Data cleaning is an essential step to prepare your data for the analysis. While cleaning the data, every now and then, there’s a need to create a new column in the Pandas dataframe. It’s usually conditioned on a function which manipulates an existing column. A strategic way to achieve that is by using Apply function. I want to address a couple of bottlenecks here:
Pandas: The Pandas library runs on a single thread and it doesn’t parallelize the task. Thus, if you are doing lots of computation or data manipulation on your Pandas dataframe, it can be pretty slow and can quickly become a bottleneck.
Apply(): The Pandas apply() function is slow! It does not take the advantage of vectorization and it acts as just another loop. It returns a new Series or dataframe object, which carries significant overhead.
So now, you may ask, what to do and what to use? I am going to share 4 techniques that are alternative to Apply function and are going to improve the performance of operation in Pandas dataframe.
Collocations are phrases or expressions containing multiple words, that are highly likely to co-occur. For example – ‘social media’, ‘school holiday’, ‘machine learning’, ‘Universal Studios Singapore’, etc.
Since quite sometime now, I have developed a new love for Salads. No, not the mundane ones like the one below
These are quite boring, and make you feel like you are forcing/punishing yourself on a so-called-healthy diet. In fact, I never felt full eating just these and thus, I mostly ate Indian vegetarian in office. Although, I craved for vegetarian/vegan food in other cuisines but most of my experiments led to horrible (got chicken instead of tofu at a famous Thai place) or tasteless disasters. However, restaurants in Central Business District (popularly knows as CBD) area in Singapore gave me a whole new penchant for salads. The best part about salads – you get Asian, European, Mexican, and probably 100 more varieties. Super filling, super tasty and you can get them vegetarian or vegan, as you like! I am going to share photos of some of the best salads I have had, and an easy recipe for you to try at home.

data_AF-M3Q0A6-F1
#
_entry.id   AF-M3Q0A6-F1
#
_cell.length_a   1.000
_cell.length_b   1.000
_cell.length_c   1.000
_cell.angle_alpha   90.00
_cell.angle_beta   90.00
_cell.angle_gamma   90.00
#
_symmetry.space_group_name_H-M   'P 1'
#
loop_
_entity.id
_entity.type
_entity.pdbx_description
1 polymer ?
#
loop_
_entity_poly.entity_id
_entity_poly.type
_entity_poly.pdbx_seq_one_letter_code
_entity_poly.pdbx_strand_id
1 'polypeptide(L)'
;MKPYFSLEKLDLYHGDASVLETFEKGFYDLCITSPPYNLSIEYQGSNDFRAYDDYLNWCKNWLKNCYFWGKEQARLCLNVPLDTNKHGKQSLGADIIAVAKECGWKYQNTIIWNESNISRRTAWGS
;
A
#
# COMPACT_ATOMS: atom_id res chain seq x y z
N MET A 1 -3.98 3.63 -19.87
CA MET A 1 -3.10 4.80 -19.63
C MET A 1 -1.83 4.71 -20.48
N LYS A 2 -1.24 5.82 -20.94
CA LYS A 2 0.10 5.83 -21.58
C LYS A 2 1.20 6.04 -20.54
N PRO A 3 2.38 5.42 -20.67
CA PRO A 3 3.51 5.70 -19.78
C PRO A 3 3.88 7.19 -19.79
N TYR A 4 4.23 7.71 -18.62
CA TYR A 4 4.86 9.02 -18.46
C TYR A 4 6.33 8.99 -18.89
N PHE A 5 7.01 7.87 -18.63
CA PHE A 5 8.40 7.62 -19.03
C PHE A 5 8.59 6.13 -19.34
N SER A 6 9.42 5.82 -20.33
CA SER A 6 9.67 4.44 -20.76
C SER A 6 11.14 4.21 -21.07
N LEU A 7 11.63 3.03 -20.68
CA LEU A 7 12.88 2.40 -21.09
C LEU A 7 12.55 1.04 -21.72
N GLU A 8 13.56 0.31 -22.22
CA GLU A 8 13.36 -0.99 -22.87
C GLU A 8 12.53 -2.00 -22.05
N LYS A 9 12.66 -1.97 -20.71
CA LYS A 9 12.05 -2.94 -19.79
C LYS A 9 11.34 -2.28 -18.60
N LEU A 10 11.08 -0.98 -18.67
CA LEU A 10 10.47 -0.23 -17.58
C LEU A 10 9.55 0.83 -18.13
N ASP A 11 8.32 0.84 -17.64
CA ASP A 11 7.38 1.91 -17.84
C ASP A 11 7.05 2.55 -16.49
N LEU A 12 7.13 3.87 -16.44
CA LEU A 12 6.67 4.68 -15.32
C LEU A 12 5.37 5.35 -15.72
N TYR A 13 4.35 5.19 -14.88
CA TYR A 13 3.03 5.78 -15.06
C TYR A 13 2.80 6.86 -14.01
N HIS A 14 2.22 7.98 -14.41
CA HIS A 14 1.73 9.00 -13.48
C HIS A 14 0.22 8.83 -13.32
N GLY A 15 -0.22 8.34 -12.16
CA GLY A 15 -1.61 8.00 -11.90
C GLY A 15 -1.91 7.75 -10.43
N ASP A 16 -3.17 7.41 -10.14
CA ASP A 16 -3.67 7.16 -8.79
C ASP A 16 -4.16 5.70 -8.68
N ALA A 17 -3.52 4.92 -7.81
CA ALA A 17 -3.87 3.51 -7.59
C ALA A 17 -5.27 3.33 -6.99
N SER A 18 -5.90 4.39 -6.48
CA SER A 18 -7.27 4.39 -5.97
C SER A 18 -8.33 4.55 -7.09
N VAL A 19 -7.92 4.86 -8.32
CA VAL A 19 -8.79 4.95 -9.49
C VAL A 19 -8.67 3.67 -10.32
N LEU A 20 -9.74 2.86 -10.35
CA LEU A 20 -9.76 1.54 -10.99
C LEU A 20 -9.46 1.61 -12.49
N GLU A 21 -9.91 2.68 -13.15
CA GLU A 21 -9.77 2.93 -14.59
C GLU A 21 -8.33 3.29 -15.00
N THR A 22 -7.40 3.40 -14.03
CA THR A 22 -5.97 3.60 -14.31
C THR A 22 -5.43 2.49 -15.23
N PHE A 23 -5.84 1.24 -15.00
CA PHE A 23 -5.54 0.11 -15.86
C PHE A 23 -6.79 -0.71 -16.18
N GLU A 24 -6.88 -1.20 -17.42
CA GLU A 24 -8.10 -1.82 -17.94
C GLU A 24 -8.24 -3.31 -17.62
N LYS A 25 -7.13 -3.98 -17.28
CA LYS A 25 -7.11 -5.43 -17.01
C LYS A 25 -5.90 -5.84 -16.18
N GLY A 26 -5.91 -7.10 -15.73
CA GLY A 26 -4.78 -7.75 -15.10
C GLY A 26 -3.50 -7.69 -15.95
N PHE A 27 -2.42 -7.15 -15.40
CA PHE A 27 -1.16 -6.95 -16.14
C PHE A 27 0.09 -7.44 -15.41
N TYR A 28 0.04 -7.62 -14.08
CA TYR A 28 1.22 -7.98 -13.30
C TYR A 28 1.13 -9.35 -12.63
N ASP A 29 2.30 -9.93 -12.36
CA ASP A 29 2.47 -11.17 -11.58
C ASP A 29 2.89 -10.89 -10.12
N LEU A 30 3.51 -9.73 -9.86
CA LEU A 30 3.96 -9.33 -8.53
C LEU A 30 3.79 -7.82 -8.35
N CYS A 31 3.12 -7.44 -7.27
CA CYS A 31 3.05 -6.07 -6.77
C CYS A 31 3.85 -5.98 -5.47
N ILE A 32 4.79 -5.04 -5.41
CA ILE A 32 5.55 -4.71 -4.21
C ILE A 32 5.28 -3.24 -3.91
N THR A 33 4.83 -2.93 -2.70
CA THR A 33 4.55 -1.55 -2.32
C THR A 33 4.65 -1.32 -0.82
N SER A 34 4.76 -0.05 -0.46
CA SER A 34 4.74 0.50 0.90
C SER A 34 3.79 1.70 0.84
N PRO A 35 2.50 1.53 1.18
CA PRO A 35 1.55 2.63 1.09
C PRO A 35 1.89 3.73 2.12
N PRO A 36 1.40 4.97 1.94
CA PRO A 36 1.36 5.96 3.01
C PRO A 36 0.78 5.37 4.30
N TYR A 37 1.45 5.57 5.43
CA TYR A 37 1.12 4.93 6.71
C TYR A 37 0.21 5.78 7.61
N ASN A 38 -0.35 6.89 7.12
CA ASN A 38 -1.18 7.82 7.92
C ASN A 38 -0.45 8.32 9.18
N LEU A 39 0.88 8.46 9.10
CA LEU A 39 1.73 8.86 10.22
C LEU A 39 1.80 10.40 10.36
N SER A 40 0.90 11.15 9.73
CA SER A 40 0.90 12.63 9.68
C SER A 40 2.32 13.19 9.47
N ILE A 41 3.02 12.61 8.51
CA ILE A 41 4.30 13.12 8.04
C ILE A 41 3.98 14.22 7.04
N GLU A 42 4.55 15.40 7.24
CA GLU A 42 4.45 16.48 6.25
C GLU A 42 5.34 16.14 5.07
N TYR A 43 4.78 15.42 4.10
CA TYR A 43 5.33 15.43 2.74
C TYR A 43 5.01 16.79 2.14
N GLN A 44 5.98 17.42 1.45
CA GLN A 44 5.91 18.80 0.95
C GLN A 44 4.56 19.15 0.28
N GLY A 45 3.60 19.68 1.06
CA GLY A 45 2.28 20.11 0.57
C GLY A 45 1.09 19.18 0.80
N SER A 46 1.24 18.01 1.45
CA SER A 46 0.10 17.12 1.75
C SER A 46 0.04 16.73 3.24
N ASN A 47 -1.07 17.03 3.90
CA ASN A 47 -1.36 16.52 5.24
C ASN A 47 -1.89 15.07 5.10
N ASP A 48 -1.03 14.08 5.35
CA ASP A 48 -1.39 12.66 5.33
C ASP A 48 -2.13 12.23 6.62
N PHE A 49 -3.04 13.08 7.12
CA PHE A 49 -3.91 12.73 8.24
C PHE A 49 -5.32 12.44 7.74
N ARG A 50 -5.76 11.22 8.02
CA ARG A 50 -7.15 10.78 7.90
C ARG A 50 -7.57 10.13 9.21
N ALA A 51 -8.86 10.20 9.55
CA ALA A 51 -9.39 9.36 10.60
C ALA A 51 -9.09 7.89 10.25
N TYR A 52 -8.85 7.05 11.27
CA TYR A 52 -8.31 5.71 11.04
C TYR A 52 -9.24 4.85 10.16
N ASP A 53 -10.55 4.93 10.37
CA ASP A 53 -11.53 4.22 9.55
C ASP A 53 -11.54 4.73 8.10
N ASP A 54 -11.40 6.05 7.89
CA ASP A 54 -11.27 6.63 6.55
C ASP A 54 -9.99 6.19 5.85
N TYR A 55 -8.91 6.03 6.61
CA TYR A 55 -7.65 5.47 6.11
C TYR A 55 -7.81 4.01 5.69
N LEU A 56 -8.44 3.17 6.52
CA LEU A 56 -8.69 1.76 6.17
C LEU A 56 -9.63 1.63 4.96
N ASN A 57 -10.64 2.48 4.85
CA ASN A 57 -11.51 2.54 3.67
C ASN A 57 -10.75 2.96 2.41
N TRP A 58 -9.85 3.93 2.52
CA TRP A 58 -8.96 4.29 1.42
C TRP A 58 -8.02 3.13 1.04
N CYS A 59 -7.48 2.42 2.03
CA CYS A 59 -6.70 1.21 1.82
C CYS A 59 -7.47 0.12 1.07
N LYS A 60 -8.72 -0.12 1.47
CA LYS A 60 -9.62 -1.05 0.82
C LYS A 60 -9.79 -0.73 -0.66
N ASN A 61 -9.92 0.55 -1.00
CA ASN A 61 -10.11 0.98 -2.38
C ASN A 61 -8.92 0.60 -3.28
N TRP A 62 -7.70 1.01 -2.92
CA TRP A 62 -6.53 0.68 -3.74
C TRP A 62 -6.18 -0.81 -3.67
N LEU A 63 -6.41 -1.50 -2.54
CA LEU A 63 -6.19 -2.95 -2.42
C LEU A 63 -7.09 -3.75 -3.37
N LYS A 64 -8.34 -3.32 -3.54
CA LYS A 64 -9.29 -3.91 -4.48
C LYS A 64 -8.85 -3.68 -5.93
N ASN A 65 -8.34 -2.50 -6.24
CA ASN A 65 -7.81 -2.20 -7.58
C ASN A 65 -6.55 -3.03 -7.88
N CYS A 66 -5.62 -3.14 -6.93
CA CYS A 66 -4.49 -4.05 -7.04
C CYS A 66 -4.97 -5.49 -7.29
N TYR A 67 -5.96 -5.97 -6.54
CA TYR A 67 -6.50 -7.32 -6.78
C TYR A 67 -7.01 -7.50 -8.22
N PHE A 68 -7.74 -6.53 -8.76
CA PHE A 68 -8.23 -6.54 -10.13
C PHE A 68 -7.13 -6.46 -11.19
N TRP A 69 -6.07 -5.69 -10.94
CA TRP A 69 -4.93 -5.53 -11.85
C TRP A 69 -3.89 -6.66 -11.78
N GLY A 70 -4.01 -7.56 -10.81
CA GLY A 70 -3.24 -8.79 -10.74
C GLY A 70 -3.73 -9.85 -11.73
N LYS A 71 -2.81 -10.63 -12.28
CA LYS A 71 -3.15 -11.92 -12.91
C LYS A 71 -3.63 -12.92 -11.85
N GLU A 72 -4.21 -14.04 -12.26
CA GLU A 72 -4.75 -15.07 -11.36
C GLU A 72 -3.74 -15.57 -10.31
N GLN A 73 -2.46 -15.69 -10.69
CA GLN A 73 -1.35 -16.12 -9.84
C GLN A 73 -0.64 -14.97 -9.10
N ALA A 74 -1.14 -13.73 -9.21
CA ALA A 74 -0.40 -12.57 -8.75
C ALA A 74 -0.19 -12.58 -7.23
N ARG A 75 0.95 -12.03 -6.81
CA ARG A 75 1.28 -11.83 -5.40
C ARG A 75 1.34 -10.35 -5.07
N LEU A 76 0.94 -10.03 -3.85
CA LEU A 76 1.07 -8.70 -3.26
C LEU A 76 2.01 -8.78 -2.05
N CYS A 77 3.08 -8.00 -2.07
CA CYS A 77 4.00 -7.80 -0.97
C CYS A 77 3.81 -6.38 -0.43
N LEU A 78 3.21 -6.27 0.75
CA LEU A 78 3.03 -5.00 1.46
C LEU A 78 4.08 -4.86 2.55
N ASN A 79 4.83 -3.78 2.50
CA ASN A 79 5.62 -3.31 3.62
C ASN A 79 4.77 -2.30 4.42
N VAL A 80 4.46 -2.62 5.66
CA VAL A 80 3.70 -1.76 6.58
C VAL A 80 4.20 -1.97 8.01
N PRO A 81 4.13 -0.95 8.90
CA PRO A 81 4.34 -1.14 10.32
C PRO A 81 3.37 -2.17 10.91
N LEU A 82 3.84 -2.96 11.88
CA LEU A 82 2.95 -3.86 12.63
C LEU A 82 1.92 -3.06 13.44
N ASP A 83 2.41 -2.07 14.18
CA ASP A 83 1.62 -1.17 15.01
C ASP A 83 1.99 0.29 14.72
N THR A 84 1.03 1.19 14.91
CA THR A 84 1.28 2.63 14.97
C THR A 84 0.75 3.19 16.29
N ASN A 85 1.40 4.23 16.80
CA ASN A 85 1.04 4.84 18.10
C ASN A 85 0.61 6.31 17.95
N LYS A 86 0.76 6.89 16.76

Kids of 8-10 years of age are incredibly smart who are treading high on the curve of curiosity and learning. Thus, it’s equally challenging to teach such kids. Did I just write challenging? Did I not mention that I feel a strange pull for anything challenging? Jokes apart, in June I came across an opportunity to teach Python/Scratch to kids in Singapore. The program briefed a 10 week Code in the Community program run by Saturday Kids in collaboration with Google. This post is an account of my experience and learnings throughout these 10 weeks with Saturday Kids.
Time series, a series of data points ordered in time. Pretty intuitive, isn’t it? Time series analysis helps in businesses in analyzing past data, predict trends, seasonality, and numerous other use cases. Some examples of time series analysis in our day to day lives include:
Measuring number of taxi rides
In this blog, we will be dealing with stock market data and will be using Python 3, Pandas and Matplotlib.
Close your eyes and imagine that you live in a utopian world of perfect data. What do you see? What do you wish to see? Wait! are you imagining a flawless balanced dataset? A collection of data whose labels form a magnificent 1:1 ratio: 50% of this, 50% of that; not a bit to the left, nor a bit to the right. Just perfectly balanced, as all things should be. Now open your eyes, and come back to the real world.
Well, this blog is all about how to handle imbalanced datasets.
In my previous blog, I discussed how I landed up interning at Dentsu. I also discussed that I worked on scouting and building a POC for a cloud agnostic, open source API management tool/platform which could help in setting up API design, gateway, store, and analytics. In this blog, I will be jotting down my work in much more detail.
We will be exploring four API Management platforms, namely:
My experience of hunting for and landing an internship in Singapore.
सुखदु:खे समे कृत्वा लाभालाभौ जयाजयौ |
ततो युद्धाय युज्यस्व नैवं पापमवाप्स्यसि ||
Chapter 2 Verse 38, Bhagavad Gita
Shree Krishna says Fight for the sake of duty, treating alike happiness and distress, loss and gain, victory and defeat. Fulfilling your duty and responsibility in this way, you will never incur sin.
Arjuna’s was apprehensive that by killing his enemies, he would incur sin. Shree Krishna addresses his apprehension and he advises him to do his duty (dharma), without attachment to the fruits of his action. Such an attitude will release him from any sinful reactions.
This blog is in continuation to my NLP blog series. In the previous blogs, I discussed data pre-processing steps in R and recognizing emotions present in ted talks. In this blog, I am going to predict the ratings of the ted talks given by viewers. This would require Multi Class Classification and quite a bit of data cleaning and preprocessing. We will discuss each step in detail below. So, let’s dive in.
This post is in continuation with my NLP blog series. You might want to checkout my previous blog in which I discussed data pre-processing in R. In this blog, I will determine the emotions in the Ted Talks. At the end, I will compute a HeatMap of emotions and talks to aid in our visualization.